Live from a Funeral: Livestreaming a Loved One's Final Farewell

27 June 2019
 Categories: , Blog


There's no predetermined length of time between the passing of a loved one and their funeral, and it's generally a case of as soon as possible, as in as soon as all the necessary arrangements can be completed. Once the death has been registered, the family are able to proceed with the funeral and burial whenever they're ready, and the only potential delay could be if the authorities need to query the circumstances of the death, although this is rare. There's also the religious element, with Islam requiring the dead to be buried within 24 hours. Even without any type of religious stipulations, it's not as though a funeral can be delayed for very long. Although the family and friends of the deceased will do their best to be there in person, it's not always going to be possible with such short notice, particularly given the distance that some might need to travel. And yet it's still possible for them to observe the service without actually being there, if you choose to livestream the funeral.


It's not as though having a camera at the service is disrespectful, or runs the risk of turning the service into a spectacle. All you need is one small webcam pointed at the podium, while also being connected to the microphone to ensure good quality audio. The camera can be discreetly positioned at the rear of the private funeral chapel, and will not be obtrusive in the slightest.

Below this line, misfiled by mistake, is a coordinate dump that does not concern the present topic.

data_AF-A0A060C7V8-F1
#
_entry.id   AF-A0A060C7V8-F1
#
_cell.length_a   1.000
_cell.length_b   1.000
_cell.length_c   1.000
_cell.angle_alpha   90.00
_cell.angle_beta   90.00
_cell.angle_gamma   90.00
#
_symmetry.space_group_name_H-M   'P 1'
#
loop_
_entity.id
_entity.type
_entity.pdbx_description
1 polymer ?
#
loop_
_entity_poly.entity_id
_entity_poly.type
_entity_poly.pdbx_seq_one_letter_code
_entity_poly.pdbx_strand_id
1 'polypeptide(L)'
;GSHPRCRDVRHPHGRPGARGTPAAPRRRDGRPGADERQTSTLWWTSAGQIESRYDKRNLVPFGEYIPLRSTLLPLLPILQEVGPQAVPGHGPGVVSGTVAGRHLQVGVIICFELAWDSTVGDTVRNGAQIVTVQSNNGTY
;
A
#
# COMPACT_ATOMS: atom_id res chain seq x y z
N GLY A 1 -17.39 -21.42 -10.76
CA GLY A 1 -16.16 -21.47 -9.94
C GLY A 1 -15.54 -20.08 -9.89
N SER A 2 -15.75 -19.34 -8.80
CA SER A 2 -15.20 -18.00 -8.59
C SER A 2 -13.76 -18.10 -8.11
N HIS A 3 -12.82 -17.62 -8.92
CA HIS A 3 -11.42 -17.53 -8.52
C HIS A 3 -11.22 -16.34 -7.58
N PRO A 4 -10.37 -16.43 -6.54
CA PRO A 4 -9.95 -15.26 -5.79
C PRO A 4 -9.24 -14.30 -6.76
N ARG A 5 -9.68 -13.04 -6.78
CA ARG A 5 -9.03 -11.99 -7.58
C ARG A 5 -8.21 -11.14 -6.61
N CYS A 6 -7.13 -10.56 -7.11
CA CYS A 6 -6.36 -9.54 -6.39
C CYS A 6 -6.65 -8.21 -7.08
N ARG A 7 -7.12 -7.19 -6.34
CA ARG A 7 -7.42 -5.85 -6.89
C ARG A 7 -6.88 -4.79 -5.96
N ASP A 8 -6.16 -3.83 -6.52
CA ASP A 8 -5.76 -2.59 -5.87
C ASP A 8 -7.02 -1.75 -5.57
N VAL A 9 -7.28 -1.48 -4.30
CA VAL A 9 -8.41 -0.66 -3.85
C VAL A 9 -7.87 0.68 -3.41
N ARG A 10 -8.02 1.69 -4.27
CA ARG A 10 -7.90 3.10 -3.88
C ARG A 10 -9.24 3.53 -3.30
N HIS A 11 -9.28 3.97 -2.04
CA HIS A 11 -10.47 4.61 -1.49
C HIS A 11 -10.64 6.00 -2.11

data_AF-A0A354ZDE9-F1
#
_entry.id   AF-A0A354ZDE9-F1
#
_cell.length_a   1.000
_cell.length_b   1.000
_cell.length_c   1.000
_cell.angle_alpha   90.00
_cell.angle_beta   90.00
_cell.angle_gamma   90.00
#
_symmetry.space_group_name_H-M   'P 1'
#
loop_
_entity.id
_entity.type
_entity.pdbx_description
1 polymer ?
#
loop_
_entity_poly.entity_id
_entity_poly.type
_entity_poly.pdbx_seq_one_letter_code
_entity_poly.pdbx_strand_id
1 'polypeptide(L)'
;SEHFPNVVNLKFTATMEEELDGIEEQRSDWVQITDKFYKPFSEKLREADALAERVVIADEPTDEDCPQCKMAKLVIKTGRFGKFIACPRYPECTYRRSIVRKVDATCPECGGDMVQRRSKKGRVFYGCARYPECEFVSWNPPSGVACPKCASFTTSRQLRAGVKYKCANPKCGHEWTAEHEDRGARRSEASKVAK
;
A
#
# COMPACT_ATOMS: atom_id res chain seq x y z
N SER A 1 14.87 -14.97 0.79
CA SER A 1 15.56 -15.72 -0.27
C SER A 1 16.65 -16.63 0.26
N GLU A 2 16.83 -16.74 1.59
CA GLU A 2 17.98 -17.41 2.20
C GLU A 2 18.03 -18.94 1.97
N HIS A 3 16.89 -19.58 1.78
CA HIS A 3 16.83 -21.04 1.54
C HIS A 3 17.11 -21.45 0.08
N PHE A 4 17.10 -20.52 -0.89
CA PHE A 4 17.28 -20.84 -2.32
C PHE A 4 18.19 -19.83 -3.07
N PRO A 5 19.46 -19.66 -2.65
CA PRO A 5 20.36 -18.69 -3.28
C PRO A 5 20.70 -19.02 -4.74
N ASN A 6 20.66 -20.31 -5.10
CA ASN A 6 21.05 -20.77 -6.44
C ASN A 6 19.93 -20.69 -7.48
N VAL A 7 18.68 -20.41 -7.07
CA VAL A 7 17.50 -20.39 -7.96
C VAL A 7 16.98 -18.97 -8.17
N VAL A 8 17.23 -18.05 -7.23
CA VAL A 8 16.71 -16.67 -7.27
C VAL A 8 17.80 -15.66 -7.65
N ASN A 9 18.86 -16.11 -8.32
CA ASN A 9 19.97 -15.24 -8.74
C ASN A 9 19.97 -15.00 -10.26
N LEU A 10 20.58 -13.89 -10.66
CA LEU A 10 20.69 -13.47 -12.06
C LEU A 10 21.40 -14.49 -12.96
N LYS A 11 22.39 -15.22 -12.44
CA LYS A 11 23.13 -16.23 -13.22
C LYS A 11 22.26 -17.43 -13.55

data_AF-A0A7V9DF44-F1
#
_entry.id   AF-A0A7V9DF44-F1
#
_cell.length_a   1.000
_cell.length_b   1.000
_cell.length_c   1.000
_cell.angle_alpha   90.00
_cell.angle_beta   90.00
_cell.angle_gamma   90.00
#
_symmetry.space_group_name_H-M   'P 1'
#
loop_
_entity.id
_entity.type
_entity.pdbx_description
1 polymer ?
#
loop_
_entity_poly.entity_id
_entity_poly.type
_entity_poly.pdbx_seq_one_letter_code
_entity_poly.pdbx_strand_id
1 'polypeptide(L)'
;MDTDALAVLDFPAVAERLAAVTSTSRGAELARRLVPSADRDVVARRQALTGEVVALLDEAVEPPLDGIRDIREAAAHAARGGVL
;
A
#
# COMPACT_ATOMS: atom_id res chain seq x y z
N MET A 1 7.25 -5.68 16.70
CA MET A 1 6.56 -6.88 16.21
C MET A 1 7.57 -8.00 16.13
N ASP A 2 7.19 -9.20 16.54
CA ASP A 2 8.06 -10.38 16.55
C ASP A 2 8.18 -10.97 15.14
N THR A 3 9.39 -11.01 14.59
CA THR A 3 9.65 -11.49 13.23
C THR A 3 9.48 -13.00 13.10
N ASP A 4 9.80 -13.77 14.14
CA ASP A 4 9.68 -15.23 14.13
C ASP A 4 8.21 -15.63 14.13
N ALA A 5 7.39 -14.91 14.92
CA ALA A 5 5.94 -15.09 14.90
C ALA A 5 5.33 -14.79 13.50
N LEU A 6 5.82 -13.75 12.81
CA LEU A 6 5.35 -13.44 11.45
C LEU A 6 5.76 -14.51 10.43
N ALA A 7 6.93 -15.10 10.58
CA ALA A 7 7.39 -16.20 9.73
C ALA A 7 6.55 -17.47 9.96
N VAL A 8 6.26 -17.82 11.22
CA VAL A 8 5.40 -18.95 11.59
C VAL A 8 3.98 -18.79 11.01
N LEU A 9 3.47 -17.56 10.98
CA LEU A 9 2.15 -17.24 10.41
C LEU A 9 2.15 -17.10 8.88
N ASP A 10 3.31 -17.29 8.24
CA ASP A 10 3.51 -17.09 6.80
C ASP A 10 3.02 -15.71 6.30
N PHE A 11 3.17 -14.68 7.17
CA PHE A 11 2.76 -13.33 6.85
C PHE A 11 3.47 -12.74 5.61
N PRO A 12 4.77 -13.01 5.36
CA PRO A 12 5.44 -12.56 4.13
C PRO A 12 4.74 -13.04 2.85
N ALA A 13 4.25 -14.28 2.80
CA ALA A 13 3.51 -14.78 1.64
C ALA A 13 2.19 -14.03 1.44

Existing Equipment

Some funeral chapels might already have the necessary equipment installed, available as an optional extra, already accounting for the fact that some of the bereaved might not be able to attend the service. In this instance, all you need to do is to inform the funeral director that you wish for the service to be livestreamed, and they can then make the necessary arrangements, including giving you instructions as to how someone can securely view the livestream. But what about when you need to make the arrangements yourself?

DIY Streaming

If you're not all that tech savvy, you will probably want to keep arrangements as simple as possible. Many social media companies offer complimentary video streaming to their members, and so it can be as simple as logging in and following the prompts. In this instance, you will need to position the camera yourself (which will be directly connected to a laptop or tablet). Elevate the camera and place it in the rear of the private funeral chapel, making sure that its view will not be obscured when the chapel is full. Be sure to check your privacy settings, since you don't want just anyone to be able to watch the stream.

Live streaming a funeral offers a practical, unobtrusive means to allow the funeral to be experienced by those who cannot be there in person.